Asd (Atrial Septal Defect) Device Closure
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An atrial septal defect or ASD is basically a hole in the wall between the two upper chambers of your heart. This condition is present at birth.
Large and prolonged atrial septal defects can damage your heart and lungs. Someone who has an undetected atrial septal defect for decades may have a shorter lifespan from heart failure or high BP that affects the arteries in the lungs. In such cases, ASD surgery may be required to repair atrial septal defects and prevent complications.Learn More
You’ll need an ASD closure surgery if you experience the following symptoms-
As the surgery begins, a cardiologist starts a transesophageal echocardiogram (TEE) so the surgeon can look at the heart structure during surgery.
The surgeon then makes an incision in the breastbone to reach your heart, and you’ll be placed on a cardiopulmonary bypass machine – which pumps blood to the body, bypassing the heart and lungs except for the coronary arteries – while your heart is stopped temporarily. An incision is then made in your heart’s right atrium to access the defect.
The patch – either your own pericardial tissue or a synthetic graft – is then stitched onto the hole in the septum to close it.
The heart is closed with sutures, and the cardiopulmonary bypass machine is removed. Pacing wires are placed temporarily on the heart to prevent heart rhythm abnormalities after the operation. Chest tubes are placed to collect residual blood or fluid in the chest after the surgery, and the skin is closed with stitches or staples.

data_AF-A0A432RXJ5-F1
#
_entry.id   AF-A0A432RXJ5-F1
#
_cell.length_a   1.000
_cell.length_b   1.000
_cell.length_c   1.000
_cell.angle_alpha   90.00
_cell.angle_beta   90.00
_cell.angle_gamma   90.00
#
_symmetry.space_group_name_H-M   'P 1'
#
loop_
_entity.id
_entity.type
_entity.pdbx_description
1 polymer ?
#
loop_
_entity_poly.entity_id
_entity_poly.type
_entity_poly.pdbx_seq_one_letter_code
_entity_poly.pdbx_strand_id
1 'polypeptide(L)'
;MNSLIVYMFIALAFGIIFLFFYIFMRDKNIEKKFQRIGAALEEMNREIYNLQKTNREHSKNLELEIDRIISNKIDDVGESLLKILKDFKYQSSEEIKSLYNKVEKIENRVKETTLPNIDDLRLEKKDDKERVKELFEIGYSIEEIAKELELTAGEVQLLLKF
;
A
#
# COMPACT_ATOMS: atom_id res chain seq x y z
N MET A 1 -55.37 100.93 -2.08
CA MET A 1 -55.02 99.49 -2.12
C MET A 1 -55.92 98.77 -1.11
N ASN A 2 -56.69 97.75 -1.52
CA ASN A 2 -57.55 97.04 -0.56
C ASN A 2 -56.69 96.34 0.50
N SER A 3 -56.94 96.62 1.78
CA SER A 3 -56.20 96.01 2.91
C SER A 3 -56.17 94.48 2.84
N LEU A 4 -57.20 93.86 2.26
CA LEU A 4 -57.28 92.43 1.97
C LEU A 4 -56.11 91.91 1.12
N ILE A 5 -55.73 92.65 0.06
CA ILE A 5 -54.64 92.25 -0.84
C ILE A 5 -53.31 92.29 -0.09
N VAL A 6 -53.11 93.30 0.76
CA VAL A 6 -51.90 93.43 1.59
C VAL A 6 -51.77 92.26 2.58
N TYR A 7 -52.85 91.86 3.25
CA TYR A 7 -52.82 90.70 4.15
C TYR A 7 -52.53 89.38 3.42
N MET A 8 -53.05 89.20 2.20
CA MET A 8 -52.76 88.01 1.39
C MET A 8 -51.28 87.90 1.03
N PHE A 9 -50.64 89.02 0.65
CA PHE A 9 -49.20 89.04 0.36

It's not exactly known why atrial septal defects occur, but congenital heart defects run in families and sometimes occur with other genetic problems. Some ASD conditions that you have or that may occur during pregnancy may increase your risk of having a baby with a heart defect, including:
A small atrial septal defect will ideally never cause any problems. Small atrial septal defects often close during infancy. However, larger defects can cause some serious problems, including:
Less common serious complications post ASD surgery may include:
Transesophageal echocardiogram:A transesophageal echocardiogram (TEE) is a special type of echocardiogram. It is usually done when your doctor wants to look more closely at your heart to see if it could be producing blood clots.
Eisenmenger syndrome: Eisenmenger's syndrome (or ES, Eisenmenger's reaction, Eisenmenger physiology, or tardive cyanosis) is defined as a process in which a long-standing left-to-right cardiac shunt caused by a congenital heart defect (typically by a ventricular septal defect, atrial septal defect, or less commonly, patent ductus arteriosus) causes pulmonary hypertension.Learn Less
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